I’ve been telling people for years that the safest payment method to use online is credit cards. There are plenty of advocates for PayPal and direct debit, but in both of those cases, if someone uses your account fraudulently you’re going to have a much harder time recovering the funds. And today, I’ve actually gotten to experience this MYSELF!
I am a personal finance nerd these days. I’ve blogged before about the software I use to track our expenses. Every few days I log into our Internet banking just to check the new charges that have come through. Yesterday I noticed a new transaction: “POS purchase at AMAZON MKTPLACE PMTS” for around $29. Hm. I didn’t order anything from Amazon. I logged into my account and verified there were no orders in there. I contacted the Snook and he confirmed he didn’t order anything either. We both checked our inboxes and spam folders for invoices but couldn’t find anything. I could tell from my exhaustive record-keeping that I had similar transactions in the past, but in each of those cases I was able to relate it to something I’d ordered from Amazon. This was looking dodgier and dodgier. I have to say, getting customer support at Amazon wasn’t easy. Eventually I figured out how to launch a live chat with a CSR, and a nice guy named Pradeep helped me out. I could tell Pradeep was working from a script, but even then it quickly became obvious that he recognised the seriousness of my issue. He referred me to an account specialist via email and suggested I call them as well. This morning I awoke to an email from the specialist confirming that the charges were fraudulent. Someone had used my credit card to set up a new Amazon account and make a purchase. (That’s why I didn’t get any invoice.) Amazon cancelled the account and the order; and they suggested I contact my bank immediately.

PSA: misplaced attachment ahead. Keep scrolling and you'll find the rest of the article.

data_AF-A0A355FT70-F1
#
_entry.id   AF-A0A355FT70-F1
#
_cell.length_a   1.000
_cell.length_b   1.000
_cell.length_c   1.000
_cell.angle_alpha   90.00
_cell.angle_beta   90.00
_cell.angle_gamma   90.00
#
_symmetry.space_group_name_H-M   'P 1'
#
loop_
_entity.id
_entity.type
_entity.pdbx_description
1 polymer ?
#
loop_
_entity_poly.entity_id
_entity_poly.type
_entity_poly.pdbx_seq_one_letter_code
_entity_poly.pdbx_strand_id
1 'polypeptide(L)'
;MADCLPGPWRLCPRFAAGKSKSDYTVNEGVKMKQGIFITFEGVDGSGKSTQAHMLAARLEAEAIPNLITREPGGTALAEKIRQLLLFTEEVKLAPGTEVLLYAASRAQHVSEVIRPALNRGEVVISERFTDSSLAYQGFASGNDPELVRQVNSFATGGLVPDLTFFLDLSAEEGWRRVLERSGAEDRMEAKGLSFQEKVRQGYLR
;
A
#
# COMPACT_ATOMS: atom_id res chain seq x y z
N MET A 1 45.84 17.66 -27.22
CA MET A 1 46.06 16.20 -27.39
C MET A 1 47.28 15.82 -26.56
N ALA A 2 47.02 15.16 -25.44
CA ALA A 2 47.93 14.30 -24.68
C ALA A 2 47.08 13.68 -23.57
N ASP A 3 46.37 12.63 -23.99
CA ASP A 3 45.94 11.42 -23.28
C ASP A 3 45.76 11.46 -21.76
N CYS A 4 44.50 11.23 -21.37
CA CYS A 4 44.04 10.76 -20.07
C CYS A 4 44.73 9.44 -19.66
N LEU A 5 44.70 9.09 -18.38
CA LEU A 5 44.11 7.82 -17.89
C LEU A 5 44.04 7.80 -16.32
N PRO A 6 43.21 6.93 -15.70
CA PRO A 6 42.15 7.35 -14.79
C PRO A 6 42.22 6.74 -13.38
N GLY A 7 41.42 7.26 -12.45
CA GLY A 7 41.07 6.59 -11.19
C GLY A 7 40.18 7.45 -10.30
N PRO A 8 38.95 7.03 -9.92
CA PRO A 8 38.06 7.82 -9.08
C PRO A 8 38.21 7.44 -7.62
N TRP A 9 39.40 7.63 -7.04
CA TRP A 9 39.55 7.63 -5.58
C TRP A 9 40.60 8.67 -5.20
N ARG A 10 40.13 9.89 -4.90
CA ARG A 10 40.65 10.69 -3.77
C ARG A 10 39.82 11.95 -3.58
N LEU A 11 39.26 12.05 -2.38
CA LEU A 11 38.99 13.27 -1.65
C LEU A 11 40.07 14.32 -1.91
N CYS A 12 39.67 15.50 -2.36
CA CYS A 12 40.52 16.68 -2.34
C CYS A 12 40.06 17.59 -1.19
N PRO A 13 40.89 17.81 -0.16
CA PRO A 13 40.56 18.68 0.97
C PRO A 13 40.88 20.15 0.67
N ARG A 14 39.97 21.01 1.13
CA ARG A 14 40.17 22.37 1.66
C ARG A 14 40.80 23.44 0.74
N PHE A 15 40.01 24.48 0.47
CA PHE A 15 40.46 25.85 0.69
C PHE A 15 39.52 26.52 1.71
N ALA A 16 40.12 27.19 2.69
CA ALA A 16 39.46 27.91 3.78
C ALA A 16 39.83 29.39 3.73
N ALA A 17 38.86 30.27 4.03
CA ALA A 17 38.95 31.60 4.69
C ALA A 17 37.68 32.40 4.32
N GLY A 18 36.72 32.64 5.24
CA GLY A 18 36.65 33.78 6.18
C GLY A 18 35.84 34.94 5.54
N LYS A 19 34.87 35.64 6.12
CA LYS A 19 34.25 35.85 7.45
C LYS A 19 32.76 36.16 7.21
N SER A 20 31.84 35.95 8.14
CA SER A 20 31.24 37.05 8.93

So that was the next step. I called up Heritage as soon as they opened this morning and they were very helpful. The CSR was able to email us all the forms we needed to cancel the old card, request a new one, and dispute the fraudulent transactions. He even looked through our recent transactions to see if anything else looked dodgy, but I told him that I’d already checked. It seems not everyone is as vigilant as I am. That’s why the charge was so small; the thieves were testing the waters to see if I’d notice the transaction. If I hadn’t, he said, they would’ve run up a lot more.
So ultimately this hasn’t cost me anything other than some hassle and phone calls. I’ve got to get a form notarised to post back to Heritage, and then it’s just a matter of waiting for my new card to arrive and for the charges to be reversed. Fortunately Rodd and I have separate cards, so we can use his in the meantime. I’ve also had to contact any services that bill my card on a recurring basis to change it over to his. Still, this whole situation could’ve been a LOT worse. I’ve got no idea how the thieves got my card details, but I’m guessing that some site I’ve ordered from in the past was hacked. The best thing you can do in these situations is to keep an eye on your account and report anything suspicious as soon as you see it!